Both the government and the opposition are entitled to their views and are entitled also to present their views before the people, in Parliament, if it is in session, and outside through public meetings, rallies, press conferences and other forums. This presentation of views should be civil and informed, taking the shape of debate and discussion. As the government had won a mandate to rule the country, it is entitled to put its ideas into practice. Most of the times, the government should take the opposition in confidence on crucial issues – more so since in a federal structure, many of the states would be ruled by opposition parties – but sometimes, when secrecy and speed is of importance, like in the surgical strikes against Pakistan and the contentious demonetization issue, the government can also act unilaterally. Similarly, since the opposition is striving to show where the government is at fault and how its ideas will either ruin the economy or create hardships for the people, it is entitled to try its utmost to prevent the government from carrying out ideas that it thinks are wrong. It can use the Parliament to vote and defeat a government proposal, it can approach the courts of law to stall a measure it thinks is unconstitutional or it can, as a last resort, take to creating awareness among the people to make them rise against the government (though an extreme form of the last could lead to anarchy).

But the opposition should not, must not, stall work in Parliament. For, there are other things that are crucial to the country apart from the differences over a particular current issue. The Parliament was designed as a chamber where law makers could debate and vote to make or unmake laws. It was also designed as the place where the opposition could register its protest in a dignified manner, to be recorded for posterity. But it was not designed to be what it has been made by our “honourable” parliamentarians where they would stall work and indulge in unpardonable acts that are viewed by the whole world.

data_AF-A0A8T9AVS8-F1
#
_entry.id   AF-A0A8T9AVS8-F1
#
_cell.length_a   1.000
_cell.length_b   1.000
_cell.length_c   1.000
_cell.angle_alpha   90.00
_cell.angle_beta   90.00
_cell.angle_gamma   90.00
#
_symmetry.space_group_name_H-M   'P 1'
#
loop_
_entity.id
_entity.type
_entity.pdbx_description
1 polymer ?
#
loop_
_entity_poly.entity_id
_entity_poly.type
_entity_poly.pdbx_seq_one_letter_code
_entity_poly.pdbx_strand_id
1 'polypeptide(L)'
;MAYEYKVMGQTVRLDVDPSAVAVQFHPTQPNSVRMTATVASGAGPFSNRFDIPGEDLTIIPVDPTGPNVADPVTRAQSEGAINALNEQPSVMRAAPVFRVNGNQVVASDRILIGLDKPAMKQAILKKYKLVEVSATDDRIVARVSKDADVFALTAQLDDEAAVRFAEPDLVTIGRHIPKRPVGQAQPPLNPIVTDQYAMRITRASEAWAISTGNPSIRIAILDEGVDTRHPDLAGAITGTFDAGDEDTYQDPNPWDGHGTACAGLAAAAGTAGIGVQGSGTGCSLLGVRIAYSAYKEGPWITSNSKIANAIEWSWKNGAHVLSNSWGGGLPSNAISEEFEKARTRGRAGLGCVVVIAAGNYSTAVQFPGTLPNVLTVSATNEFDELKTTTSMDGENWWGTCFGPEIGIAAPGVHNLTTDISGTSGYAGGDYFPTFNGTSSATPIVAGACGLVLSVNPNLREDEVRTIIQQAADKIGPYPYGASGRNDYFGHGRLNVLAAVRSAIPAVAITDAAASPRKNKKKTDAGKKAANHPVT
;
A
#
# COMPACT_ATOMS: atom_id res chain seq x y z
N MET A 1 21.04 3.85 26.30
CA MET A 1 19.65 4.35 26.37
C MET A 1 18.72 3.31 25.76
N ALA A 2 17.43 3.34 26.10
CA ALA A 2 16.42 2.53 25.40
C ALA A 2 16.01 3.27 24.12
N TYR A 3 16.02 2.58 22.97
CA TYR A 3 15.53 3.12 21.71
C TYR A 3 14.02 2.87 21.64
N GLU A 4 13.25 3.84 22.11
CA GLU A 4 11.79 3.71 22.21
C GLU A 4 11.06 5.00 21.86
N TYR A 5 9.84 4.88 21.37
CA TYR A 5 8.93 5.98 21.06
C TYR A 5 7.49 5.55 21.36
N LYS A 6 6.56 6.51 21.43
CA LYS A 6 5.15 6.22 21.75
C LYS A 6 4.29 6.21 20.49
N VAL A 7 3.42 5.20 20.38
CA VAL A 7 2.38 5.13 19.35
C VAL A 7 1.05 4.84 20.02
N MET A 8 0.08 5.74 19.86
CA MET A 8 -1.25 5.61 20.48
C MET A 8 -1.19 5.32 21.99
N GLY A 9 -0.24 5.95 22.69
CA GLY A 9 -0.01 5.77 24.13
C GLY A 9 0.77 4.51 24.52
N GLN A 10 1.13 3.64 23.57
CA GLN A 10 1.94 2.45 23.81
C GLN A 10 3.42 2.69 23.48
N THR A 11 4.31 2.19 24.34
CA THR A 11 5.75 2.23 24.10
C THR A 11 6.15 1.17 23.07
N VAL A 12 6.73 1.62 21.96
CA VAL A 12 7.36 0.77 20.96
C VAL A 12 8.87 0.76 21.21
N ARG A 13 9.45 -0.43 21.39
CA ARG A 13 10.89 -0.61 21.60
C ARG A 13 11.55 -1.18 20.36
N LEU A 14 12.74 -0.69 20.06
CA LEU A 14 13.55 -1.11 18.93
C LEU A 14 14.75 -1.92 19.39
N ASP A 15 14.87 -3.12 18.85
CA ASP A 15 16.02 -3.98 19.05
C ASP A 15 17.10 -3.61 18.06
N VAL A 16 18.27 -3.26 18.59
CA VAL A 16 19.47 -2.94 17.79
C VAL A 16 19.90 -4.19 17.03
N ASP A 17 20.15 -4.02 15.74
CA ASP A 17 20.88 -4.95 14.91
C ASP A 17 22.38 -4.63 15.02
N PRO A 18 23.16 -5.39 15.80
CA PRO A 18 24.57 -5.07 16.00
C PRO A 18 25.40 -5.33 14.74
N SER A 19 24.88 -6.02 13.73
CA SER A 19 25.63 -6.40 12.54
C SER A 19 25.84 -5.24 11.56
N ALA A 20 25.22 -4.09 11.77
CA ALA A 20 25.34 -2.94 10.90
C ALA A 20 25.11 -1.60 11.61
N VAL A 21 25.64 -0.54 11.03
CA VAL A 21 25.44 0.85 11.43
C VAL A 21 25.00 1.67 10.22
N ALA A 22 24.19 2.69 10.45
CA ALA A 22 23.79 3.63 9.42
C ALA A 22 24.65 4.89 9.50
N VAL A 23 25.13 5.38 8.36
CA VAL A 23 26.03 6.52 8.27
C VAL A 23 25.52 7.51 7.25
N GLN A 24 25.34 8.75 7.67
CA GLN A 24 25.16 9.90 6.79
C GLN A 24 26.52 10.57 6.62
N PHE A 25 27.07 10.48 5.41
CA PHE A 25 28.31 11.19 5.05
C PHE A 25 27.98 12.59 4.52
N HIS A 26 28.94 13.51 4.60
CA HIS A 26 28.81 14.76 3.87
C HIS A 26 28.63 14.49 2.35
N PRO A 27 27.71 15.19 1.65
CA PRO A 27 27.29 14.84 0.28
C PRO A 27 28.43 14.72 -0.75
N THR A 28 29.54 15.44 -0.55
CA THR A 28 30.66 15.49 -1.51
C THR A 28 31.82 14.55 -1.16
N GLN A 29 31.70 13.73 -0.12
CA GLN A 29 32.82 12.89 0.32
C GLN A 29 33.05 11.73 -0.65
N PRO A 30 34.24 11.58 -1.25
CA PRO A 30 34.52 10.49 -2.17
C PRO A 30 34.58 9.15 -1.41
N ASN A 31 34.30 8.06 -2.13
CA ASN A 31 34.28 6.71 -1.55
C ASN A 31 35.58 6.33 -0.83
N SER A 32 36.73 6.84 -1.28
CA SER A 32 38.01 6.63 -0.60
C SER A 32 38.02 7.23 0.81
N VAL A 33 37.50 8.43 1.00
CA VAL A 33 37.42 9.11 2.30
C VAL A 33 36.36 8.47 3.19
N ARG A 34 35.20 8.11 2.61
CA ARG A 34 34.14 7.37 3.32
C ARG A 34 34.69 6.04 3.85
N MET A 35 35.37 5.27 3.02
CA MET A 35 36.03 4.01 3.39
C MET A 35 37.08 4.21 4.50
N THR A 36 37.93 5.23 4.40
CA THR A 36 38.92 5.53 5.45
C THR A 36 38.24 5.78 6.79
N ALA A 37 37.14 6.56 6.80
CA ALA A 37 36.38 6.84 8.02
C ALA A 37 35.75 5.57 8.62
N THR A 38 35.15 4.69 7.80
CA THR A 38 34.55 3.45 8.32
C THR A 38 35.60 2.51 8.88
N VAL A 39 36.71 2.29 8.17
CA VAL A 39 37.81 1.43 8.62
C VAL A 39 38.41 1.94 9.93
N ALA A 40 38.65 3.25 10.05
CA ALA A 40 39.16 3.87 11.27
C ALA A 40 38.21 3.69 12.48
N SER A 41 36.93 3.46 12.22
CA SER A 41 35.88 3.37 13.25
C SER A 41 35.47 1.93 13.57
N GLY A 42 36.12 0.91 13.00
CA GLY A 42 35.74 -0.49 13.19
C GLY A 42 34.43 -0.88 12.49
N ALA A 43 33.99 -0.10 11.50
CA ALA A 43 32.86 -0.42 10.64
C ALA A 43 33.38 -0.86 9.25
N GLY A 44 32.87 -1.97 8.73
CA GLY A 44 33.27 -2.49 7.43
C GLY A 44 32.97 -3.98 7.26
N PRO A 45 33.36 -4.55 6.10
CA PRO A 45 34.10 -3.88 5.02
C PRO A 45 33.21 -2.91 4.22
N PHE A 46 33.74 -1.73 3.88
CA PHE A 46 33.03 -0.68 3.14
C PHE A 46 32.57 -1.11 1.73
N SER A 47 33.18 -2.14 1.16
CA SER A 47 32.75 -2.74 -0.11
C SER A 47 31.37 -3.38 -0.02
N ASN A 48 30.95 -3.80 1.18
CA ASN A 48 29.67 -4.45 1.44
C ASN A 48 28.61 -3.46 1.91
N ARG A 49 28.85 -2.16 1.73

Indian parliamentary democracy is descending to depths that must be paining its founding fathers immensely. At one level, it is a reflection of the kind of people that are occupying seats in the august houses and at another level, it shows how the spirit of cooperation and intellectual exchange has given way to that of acrimony and games of one-upmanship. Politicians of all parties are failing the people and the sooner they realize this, the better for future generations. It is for this reason that radical political reforms – encompassing the entire gamut from funding, spending, registration of political parties, qualifications of candidates, behavior of peoples’ representatives inside and outside legislative houses and conduct of parties, their leaders and workers - need to be undertaken. But since all parties – without exception – are inflicted with viruses, who is going to conduct this surgical strike?